From bookstores to the local club, everyone was holding ‘camps’ and most advocated that it was best for your child to spend a couple of hours, writes Shonali Ganguli.india Updated: May 28, 2007 23:36 IST
The guilt pangs began on the last day of school. “Is she going to summer camp?” my five-year-old’s teacher asked me after the parent-teacher meeting. I answered in the negative and wondered whether that was the right thing to say. After all, we had just been handed a notice about the fun things our children could do — learn juggling, karate, cook, paint, dance etc. — on the school premises during their five-week break.
The remorse compounded in the next couple of days. From bookstores to the local club, everyone was holding ‘camps’ and most advocated that it was best for your child to spend a couple of hours improving herself rather than sitting at home. For working parents, it was peddled as the best solution at hand. Instead of your child spending hours in front of the TV while you couldn’t take her for a holiday, she was being given valuable and fun lessons.
So why didn’t I succumb? Well, I almost did. Except, a lot of family occasions during this time of the year meant a lot of socialising and my daughter and I were busy with cousins and other relatives. Well into the second week of her vacation in her spare time she has been pestering her aunts, playing with cousins and friends, cutting paper into abstract patterns and asking people to fashion paper boats for her. This, even while her friends enrolled in summer school have been gaining precious skills in making jewellery with beads, pottery, counting on the abacus and learning to write cursive (that this made it to the fun list was bad enough).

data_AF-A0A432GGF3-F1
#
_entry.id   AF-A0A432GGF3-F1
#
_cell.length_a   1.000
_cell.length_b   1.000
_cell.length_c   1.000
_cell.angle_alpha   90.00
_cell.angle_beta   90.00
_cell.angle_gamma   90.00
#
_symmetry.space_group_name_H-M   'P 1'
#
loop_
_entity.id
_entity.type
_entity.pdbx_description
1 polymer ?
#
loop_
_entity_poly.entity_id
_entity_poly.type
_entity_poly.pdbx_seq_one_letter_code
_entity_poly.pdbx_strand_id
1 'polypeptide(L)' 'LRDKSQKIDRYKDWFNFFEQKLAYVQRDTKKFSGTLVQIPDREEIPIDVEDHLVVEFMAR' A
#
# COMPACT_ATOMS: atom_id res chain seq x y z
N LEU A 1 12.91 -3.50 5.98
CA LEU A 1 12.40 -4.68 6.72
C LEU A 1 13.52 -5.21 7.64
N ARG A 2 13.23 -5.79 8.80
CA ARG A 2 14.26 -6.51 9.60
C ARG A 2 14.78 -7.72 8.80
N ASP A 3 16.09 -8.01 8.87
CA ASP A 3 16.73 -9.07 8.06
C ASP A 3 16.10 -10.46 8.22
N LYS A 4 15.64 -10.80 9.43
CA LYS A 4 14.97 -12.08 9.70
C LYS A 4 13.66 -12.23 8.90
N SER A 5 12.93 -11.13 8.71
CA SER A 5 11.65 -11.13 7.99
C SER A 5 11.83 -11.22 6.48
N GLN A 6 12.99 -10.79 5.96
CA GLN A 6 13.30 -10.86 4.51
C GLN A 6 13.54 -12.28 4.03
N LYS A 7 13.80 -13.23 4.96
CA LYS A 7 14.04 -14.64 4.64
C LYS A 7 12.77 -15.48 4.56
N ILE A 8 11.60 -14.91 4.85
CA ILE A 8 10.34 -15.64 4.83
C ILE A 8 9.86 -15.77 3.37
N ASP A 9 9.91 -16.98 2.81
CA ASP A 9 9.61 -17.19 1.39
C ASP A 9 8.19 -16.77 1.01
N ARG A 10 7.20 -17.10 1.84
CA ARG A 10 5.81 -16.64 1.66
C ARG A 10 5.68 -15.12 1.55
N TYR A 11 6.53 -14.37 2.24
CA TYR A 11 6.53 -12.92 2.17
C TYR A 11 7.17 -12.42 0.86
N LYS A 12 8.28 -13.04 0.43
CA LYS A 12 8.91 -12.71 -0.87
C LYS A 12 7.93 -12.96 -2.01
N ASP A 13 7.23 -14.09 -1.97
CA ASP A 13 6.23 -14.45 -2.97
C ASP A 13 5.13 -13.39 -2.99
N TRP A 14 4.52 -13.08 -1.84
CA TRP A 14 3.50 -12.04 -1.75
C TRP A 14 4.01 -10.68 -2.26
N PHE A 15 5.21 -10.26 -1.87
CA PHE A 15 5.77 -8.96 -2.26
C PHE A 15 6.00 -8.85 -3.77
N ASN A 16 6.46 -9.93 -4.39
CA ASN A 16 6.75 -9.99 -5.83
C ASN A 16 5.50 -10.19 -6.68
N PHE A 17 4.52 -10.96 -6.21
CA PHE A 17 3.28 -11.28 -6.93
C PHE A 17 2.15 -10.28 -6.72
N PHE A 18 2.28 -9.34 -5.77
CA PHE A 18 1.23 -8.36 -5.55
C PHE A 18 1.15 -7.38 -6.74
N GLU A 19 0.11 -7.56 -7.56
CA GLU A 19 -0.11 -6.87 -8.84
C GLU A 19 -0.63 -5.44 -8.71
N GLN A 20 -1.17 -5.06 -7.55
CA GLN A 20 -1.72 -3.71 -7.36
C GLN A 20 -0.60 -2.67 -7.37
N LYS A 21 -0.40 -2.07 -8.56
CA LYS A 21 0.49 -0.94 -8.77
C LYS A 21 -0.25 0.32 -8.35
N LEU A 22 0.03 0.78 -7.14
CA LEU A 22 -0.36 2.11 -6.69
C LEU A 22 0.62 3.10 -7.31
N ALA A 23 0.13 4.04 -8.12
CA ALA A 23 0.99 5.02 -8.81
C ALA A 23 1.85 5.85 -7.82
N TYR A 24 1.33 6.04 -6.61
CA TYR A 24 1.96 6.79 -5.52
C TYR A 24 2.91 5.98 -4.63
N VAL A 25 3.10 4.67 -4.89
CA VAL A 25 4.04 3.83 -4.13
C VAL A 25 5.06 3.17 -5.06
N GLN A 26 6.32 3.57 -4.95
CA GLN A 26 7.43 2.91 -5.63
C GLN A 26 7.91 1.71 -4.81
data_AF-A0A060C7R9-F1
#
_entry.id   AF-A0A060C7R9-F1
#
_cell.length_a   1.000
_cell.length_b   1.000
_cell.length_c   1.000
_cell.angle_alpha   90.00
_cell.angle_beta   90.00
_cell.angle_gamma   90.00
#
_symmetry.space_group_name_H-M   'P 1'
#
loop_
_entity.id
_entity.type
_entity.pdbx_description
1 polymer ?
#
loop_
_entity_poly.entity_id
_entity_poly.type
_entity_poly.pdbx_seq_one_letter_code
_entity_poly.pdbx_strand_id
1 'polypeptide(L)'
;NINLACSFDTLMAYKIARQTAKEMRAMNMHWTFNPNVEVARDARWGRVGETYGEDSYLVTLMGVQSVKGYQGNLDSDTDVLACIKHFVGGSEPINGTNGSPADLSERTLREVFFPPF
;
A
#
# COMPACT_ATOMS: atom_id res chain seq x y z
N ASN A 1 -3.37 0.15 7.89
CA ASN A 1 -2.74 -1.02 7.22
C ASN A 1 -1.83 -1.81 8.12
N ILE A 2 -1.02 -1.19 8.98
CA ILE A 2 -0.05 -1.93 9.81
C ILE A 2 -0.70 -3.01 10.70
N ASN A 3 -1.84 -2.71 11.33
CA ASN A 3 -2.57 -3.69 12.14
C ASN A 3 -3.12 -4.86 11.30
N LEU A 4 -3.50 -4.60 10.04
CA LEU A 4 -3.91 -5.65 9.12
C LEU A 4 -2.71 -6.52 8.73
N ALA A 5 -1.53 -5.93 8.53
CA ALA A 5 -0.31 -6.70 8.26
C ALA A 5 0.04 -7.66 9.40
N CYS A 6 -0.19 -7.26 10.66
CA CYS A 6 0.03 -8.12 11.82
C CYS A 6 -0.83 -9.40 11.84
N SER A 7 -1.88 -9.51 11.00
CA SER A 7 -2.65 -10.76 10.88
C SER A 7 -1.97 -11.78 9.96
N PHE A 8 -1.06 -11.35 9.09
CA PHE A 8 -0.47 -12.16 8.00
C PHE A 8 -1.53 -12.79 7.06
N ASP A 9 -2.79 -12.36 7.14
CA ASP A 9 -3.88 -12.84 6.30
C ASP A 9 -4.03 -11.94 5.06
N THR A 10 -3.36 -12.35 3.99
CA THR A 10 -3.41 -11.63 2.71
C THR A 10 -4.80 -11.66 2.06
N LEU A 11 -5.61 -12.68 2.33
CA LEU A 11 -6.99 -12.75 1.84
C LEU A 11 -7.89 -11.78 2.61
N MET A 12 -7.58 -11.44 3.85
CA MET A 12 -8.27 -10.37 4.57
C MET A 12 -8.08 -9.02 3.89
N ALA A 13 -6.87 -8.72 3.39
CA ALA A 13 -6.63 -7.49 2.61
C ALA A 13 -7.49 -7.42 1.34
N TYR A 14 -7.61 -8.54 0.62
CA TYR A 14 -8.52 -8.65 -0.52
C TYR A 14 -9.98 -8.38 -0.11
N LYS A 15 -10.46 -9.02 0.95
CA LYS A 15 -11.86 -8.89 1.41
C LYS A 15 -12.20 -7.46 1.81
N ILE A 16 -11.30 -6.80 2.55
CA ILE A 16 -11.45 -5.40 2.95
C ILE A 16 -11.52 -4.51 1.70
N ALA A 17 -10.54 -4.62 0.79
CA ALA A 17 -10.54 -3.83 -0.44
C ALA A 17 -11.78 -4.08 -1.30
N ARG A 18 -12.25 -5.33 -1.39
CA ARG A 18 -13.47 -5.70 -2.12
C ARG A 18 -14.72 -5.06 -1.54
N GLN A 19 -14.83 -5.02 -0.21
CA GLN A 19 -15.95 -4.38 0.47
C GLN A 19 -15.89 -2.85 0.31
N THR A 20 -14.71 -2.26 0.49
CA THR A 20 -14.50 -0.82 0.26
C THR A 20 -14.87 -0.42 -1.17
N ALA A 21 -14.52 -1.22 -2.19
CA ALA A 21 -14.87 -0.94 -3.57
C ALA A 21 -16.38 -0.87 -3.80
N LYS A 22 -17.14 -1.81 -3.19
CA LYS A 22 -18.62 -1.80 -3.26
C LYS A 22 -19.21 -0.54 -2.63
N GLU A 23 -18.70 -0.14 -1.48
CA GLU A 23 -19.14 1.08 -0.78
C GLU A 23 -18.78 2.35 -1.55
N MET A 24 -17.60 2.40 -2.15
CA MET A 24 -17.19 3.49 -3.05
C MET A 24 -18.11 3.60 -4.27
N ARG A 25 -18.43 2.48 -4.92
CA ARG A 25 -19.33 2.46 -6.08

This week, I yielded — partly because of the unbearable heat — and have enrolled her in a swimming camp. Am I sure I wanted to do this? Well, I would rather have taken her swimming myself but that’s hardly possible for a working mom. But when I overheard a young mother complaining that “they weren’t teaching the kids anything,” I had reason to smile.